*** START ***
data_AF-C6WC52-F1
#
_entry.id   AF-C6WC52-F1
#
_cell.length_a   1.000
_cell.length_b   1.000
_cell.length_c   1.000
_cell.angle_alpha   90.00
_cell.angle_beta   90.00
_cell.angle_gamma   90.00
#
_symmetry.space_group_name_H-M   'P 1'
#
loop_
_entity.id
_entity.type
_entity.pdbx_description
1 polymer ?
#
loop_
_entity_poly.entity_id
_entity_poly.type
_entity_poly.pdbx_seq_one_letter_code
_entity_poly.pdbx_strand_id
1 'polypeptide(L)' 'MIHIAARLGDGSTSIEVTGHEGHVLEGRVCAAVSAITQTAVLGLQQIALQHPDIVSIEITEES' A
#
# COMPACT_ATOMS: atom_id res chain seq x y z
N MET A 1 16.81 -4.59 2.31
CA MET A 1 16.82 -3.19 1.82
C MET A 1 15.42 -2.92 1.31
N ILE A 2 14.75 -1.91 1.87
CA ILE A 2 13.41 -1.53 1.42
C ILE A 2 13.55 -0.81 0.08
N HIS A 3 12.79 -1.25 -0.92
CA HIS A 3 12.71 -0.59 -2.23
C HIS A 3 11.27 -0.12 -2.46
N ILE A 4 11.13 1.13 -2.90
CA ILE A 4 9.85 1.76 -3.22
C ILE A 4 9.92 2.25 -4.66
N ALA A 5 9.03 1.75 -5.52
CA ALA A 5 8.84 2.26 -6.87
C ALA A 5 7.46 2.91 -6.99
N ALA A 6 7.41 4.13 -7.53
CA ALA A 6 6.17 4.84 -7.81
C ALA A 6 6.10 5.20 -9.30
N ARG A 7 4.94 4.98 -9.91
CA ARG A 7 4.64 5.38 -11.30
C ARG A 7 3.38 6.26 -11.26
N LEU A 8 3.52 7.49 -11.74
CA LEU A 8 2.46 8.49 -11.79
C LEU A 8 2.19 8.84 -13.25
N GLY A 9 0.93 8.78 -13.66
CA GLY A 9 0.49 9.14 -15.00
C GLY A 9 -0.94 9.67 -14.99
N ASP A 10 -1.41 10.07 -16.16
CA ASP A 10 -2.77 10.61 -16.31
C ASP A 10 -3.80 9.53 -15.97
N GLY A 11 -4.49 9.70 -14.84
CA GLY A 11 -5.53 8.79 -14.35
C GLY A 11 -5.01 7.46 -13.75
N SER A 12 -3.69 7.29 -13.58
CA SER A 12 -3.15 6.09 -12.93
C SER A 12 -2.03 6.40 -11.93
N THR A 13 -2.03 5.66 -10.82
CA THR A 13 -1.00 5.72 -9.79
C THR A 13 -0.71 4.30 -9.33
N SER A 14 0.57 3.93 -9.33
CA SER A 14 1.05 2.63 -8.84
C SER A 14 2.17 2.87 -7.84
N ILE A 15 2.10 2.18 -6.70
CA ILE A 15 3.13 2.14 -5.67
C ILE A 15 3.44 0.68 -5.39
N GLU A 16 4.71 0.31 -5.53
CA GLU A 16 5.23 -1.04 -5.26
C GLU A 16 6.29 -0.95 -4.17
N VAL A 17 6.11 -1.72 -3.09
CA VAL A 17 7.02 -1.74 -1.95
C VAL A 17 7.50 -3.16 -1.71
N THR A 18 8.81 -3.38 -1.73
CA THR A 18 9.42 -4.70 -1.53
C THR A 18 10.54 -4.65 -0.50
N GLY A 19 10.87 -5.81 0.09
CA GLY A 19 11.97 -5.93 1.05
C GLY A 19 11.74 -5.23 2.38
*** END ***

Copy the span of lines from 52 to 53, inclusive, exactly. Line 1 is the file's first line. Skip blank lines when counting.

N GLY A 9 0.93 8.78 -13.66
CA GLY A 9 0.49 9.14 -15.00